Packing checklist for exchange students

Table of Contents

It is that time of the year again when our new exchange students headed to Asia are starting to wonder what should go in their travel bags. Typically, it is always recommended to travel light as this makes it more convenient to get to one’s destination, yet there are definitely a few things that an exchange student should always remember to pack. 20 or 30 kilograms of luggage allowance with a decent backpack as a carry-on should be enough for most exchange students, unless one is willing to travel with some sports equipment or their whole wardrobe. We wanted to make packing easier for all the students heading to Asia by creating this packing checklist of the items an exchange student 100% should not forget to pack.

student adventure Asia is waiting for you but what should you pack into your backpack?

  • Phone. We know… You couldn’t possibly forget it. Just make sure to not make it too obvious when catching rare Pokemons or desperately swiping left and right on Tinder while waiting to get your passport checked, as the otherwise friendly customs officers may not be so appreciative about your phone use.
  • Any important documents. Pack all the significant paperwork so that it’s easy for you to access when necessary. Plastic or cardboard sleeves are handy for making sure the documents also stay in nice shape all through your travels. Nowadays it’s easy to reduce paper waste by using an electronic copy of your flight ticket, so you can often just use your smart-phone and forget about having to print out any tickets. Passport is considered a travel document as well so please make sure you don’t forget it.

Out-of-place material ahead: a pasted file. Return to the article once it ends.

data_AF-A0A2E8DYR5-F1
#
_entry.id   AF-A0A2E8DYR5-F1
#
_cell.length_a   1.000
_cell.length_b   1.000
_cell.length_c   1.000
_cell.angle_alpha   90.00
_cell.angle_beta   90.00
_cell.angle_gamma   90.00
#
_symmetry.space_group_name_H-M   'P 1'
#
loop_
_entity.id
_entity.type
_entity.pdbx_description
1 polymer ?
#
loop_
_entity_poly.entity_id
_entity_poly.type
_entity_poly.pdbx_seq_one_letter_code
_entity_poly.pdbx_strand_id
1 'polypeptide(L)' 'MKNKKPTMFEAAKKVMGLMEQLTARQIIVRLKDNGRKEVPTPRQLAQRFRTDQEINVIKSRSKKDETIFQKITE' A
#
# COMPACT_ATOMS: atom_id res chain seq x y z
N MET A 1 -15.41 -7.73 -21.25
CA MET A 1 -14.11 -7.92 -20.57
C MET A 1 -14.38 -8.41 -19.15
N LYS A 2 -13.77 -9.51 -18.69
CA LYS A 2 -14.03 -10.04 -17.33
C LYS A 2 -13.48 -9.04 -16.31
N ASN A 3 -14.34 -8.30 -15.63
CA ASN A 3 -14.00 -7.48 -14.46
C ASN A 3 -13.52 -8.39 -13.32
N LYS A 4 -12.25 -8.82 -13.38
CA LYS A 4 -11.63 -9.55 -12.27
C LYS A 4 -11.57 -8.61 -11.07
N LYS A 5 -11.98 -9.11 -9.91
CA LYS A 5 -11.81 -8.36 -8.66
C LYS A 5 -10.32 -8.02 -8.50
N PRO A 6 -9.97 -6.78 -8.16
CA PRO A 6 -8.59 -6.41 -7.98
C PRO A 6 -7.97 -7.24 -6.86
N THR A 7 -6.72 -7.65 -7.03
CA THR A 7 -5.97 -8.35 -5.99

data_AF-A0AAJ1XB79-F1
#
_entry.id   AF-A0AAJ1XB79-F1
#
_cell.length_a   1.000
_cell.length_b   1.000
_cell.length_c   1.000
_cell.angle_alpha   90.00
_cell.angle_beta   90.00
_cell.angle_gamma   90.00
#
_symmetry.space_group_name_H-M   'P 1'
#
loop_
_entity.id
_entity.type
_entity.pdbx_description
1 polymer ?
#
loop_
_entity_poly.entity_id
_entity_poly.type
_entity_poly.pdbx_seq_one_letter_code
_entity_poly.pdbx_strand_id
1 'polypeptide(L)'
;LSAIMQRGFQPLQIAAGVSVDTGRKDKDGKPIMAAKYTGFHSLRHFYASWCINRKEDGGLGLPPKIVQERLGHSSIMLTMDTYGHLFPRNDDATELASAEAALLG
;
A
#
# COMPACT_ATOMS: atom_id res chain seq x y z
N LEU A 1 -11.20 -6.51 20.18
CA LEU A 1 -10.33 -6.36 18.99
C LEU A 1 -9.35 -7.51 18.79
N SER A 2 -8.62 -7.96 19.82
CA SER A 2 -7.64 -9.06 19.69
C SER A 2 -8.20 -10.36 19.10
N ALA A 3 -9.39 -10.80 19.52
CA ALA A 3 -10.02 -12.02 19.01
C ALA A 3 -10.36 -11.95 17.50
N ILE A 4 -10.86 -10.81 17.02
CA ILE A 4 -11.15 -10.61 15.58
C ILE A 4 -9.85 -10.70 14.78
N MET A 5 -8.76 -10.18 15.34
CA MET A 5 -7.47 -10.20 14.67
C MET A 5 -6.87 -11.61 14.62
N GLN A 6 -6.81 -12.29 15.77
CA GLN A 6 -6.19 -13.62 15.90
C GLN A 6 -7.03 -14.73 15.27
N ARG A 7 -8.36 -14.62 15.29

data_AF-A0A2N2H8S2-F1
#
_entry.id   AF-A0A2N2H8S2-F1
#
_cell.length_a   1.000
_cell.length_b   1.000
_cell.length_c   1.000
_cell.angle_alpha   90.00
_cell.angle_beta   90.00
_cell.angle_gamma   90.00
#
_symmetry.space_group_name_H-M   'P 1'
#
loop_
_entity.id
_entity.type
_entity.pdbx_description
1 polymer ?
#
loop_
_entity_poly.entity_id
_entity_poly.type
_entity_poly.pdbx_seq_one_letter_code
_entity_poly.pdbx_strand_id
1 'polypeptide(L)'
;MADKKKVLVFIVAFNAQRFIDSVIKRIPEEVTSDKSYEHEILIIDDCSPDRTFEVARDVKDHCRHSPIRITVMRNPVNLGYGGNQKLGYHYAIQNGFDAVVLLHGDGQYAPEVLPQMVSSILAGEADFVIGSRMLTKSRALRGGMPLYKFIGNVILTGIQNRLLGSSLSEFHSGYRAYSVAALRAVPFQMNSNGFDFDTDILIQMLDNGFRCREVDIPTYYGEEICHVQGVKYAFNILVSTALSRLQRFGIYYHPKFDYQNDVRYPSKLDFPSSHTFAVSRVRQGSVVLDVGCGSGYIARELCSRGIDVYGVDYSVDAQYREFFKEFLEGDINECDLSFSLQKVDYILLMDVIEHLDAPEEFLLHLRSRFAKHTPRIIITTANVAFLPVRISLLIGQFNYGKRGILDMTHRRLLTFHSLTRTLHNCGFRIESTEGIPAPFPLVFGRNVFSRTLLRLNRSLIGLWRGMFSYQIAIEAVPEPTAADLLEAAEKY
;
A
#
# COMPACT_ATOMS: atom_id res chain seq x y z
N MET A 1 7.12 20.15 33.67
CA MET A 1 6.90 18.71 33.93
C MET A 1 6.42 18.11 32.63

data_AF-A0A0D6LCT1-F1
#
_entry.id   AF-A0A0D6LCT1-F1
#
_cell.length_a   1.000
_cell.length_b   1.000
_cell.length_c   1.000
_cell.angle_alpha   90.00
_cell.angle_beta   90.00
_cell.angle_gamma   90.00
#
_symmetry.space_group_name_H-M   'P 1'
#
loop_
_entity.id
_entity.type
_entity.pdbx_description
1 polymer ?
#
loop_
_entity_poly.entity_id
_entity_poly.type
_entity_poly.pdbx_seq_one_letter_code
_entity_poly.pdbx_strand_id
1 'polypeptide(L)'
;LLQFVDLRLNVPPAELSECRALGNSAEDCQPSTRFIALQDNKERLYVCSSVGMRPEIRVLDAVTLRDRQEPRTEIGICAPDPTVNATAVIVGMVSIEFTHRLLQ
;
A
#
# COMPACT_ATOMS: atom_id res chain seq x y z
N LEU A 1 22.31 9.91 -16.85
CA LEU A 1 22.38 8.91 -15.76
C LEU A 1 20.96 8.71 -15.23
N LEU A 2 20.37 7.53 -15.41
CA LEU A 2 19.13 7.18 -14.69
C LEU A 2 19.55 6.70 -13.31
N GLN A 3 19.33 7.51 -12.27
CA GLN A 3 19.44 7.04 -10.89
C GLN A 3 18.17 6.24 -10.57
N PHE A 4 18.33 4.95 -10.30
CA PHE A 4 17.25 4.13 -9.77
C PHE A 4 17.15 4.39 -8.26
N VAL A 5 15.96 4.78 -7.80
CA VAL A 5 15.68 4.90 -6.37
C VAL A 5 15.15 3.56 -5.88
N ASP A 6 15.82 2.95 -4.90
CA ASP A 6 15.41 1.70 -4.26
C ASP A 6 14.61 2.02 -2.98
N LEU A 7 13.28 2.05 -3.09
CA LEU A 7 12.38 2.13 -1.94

• A proper backpack. Not only is a nice backpack a great option for using as your carry-on, it will also do its job as a school-bag and the carry-it-all solution for all your day trips while on exchange. A nicely padded bag will protect your computer, camera, and all your other precious items.

backpack and travel A backpack is a must.

    • Any prescription medication. Make sure you also have the original prescription written by your doctor handy in case the customs officers were to get interested.
    • Local currency. If you are sure that you can withdraw some local money from the airport as soon as you arrive, this may not be so necessary. However, having a bit of a ‘safety net made of cash’ in local currency to pay for a taxi and a meal when you arrive, can often be quite convenient. 100 euros exchanged into local currency should be enough to ensure a smooth landing in case the ATM you try to use is not functioning. Most airports in Asia have currency exchangers but their rates are usually nowhere near as good as the ones you will find at the money exchangers in the cities.
    • Personal hygiene. Both guys and girls appreciate it – so don’t be a smelly cat! For the flight, packing at least a toothbrush, toothpaste, and a deodorant will help you fight the unwanted odours. Make sure any hygiene products you pack into your carry-on luggage are in 100ml, or smaller, containers, and packed neatly in some zip-lock bags to please the customs officers. Don’t forget to also pack a good supply of contact lenses in case you use them.